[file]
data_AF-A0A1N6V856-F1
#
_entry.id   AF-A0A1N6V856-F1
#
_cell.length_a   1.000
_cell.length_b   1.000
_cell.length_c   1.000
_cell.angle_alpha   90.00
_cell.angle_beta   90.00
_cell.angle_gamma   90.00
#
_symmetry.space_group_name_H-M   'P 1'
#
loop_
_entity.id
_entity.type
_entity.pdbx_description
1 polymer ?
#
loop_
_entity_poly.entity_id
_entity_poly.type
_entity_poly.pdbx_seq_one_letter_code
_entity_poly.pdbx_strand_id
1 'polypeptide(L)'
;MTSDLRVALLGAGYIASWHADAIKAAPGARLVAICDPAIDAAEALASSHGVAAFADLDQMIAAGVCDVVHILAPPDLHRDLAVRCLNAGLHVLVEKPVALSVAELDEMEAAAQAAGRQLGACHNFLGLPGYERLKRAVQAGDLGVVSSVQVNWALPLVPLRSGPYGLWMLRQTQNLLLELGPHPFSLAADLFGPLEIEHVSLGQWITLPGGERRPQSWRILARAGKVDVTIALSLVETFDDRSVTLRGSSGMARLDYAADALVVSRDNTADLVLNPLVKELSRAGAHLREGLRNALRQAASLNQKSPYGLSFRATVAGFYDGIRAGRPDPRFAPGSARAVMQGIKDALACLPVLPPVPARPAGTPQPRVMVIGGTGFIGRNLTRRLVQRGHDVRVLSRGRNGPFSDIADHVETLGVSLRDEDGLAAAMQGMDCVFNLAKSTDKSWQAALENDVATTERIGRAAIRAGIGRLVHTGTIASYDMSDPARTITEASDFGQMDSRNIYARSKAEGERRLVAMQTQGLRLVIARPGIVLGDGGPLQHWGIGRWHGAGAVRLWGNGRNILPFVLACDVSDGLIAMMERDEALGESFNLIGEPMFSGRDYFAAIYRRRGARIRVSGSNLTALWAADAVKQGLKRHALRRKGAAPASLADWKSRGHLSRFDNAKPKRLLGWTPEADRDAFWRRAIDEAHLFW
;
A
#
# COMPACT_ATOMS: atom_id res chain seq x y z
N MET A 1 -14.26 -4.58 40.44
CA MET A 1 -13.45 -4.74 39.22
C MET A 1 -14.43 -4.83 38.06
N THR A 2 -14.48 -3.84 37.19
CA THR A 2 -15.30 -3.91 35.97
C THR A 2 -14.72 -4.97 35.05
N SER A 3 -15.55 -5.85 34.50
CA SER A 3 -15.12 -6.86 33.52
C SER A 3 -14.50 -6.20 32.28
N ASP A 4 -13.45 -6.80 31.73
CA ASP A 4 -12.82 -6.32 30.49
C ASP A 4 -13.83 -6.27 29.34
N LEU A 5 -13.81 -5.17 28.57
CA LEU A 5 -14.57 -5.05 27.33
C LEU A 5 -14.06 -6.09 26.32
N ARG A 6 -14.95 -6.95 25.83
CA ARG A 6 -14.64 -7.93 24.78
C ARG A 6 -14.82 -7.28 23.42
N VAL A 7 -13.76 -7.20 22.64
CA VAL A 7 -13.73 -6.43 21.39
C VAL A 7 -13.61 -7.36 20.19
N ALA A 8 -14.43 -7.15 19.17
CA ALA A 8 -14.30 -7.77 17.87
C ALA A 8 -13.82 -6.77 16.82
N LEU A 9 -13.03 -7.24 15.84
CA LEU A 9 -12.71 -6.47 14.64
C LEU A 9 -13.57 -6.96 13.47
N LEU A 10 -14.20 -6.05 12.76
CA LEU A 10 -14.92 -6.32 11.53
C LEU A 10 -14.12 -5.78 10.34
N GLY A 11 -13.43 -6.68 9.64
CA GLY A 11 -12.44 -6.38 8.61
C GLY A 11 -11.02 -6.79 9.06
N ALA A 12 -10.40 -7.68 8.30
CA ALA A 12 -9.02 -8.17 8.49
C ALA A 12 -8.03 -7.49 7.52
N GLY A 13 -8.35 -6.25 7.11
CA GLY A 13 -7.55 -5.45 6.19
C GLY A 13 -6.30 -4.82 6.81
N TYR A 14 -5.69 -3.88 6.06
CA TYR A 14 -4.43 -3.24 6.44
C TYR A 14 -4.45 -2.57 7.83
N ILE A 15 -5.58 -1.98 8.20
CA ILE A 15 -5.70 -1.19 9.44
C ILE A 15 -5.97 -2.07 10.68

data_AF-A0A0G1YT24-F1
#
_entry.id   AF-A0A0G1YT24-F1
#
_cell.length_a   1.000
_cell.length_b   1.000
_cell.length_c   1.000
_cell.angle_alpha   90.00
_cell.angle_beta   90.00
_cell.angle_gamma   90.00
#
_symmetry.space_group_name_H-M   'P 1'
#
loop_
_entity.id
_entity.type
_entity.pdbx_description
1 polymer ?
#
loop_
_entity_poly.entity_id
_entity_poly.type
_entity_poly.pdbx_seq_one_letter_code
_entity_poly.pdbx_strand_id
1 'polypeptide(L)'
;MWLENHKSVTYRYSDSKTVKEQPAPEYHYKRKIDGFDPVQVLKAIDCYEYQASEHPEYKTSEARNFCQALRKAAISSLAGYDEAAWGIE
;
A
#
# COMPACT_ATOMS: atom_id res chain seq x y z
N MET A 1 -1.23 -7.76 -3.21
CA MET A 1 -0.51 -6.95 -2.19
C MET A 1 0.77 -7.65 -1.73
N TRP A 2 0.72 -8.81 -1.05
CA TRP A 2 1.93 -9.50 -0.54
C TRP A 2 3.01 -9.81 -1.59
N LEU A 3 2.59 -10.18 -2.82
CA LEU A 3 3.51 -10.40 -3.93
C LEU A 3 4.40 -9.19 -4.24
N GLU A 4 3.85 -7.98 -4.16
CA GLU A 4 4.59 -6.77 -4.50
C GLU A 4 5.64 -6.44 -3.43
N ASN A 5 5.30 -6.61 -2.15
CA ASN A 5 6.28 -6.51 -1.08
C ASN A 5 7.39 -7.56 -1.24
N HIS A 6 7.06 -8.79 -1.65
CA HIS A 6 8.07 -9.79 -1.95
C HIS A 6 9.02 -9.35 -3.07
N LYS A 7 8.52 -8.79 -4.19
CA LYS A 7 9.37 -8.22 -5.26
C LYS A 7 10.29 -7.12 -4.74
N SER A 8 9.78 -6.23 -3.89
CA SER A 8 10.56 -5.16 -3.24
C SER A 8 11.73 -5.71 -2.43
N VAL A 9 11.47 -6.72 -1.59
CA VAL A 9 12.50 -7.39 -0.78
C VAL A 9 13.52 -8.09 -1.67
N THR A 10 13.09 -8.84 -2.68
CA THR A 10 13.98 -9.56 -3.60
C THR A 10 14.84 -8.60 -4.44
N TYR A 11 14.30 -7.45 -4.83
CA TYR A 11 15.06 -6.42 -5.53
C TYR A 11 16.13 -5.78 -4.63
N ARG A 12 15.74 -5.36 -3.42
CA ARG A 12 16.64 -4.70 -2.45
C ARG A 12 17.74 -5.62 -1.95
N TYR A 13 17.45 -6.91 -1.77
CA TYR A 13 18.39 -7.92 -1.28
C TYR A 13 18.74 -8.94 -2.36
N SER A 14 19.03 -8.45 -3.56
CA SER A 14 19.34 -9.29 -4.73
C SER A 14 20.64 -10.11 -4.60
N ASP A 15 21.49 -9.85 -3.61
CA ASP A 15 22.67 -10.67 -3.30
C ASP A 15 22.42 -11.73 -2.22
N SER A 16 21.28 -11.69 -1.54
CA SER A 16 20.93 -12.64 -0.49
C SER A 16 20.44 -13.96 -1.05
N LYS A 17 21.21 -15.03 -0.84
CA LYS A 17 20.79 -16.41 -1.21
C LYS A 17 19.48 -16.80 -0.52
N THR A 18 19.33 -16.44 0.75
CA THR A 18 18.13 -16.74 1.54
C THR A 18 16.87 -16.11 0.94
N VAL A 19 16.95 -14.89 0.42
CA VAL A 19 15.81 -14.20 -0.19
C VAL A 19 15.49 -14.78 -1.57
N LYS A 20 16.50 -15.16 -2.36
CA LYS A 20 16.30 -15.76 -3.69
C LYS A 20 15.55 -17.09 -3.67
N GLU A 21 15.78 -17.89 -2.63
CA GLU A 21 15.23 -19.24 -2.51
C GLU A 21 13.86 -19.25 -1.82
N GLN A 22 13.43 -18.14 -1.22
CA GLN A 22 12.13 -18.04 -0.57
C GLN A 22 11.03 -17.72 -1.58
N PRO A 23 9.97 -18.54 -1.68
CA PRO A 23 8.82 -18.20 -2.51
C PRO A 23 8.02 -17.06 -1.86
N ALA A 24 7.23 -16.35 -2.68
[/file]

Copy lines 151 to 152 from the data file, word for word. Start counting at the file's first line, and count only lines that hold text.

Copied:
N SER A 16 21.28 -11.69 -1.54
CA SER A 16 20.93 -12.64 -0.49